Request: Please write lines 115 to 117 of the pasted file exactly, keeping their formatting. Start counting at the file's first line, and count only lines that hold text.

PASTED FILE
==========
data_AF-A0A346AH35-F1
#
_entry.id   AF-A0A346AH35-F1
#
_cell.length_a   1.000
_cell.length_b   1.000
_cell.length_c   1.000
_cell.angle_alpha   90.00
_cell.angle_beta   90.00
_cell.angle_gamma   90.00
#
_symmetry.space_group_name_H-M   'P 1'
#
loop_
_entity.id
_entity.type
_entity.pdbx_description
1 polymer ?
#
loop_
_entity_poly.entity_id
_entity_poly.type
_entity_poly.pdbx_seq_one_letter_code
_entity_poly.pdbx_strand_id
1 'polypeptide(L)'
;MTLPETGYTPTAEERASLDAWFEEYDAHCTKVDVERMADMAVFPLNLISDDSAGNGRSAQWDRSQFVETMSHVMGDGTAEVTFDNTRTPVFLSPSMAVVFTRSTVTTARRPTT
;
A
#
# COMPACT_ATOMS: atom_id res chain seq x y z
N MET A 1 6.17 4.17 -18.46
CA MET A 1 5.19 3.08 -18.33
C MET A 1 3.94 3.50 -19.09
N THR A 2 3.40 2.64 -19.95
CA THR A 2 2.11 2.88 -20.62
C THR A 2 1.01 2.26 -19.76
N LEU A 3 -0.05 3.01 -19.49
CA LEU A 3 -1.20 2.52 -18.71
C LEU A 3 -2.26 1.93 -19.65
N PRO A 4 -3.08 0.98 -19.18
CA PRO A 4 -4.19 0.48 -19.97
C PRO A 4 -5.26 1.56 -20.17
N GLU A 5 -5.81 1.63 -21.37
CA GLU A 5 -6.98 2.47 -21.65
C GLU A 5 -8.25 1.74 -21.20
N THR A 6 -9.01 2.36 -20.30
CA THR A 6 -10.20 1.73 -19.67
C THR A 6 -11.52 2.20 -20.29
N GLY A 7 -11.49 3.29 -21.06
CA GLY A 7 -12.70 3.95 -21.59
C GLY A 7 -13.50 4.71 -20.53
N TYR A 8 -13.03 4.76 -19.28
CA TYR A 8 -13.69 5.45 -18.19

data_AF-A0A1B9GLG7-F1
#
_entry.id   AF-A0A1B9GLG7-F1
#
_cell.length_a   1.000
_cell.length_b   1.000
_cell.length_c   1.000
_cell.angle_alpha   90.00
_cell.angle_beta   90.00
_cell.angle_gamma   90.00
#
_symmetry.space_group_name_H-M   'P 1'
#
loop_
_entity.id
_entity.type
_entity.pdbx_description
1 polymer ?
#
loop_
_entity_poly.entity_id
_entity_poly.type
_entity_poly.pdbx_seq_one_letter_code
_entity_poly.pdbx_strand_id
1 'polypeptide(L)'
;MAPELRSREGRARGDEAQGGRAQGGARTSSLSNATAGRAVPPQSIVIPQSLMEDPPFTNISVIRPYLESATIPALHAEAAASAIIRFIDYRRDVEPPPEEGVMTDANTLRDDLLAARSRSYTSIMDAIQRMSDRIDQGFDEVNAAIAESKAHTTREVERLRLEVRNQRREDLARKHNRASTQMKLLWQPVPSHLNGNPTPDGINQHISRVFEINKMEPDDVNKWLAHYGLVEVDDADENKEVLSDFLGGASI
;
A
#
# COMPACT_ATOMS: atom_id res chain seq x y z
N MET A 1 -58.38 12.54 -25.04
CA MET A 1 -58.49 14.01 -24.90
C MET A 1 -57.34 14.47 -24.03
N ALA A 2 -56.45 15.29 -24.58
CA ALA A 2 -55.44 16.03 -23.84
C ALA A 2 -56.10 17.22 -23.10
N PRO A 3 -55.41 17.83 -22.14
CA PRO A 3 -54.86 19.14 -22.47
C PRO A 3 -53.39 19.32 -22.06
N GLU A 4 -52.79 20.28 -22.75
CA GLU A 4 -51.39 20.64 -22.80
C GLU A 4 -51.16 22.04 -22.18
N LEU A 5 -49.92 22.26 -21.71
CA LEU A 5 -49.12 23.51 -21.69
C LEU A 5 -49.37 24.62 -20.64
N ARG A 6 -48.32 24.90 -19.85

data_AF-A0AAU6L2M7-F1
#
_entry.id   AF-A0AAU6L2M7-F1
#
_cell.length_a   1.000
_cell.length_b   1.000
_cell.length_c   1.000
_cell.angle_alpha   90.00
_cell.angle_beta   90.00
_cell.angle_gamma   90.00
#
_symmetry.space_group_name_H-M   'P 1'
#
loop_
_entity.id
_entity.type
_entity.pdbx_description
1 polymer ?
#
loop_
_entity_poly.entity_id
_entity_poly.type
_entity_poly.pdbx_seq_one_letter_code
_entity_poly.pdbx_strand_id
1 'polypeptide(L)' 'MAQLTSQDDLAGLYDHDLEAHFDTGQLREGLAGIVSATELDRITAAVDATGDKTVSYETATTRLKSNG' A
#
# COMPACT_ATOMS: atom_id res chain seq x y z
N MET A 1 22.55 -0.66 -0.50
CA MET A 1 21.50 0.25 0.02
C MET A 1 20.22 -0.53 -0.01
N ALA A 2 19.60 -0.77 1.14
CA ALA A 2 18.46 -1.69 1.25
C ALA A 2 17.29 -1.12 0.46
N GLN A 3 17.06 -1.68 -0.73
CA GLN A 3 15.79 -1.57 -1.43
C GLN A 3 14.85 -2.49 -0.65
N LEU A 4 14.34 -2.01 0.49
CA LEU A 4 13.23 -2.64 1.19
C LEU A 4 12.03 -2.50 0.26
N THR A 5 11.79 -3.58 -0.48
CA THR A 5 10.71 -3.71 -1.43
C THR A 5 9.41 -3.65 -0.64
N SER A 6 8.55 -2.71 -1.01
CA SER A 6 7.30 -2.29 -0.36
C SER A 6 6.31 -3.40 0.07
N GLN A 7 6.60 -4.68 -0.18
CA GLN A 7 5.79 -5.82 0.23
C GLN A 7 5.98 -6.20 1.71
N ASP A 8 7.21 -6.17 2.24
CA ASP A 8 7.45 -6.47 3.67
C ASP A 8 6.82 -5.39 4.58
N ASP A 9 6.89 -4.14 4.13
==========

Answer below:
_entity.type
_entity.pdbx_description
1 polymer ?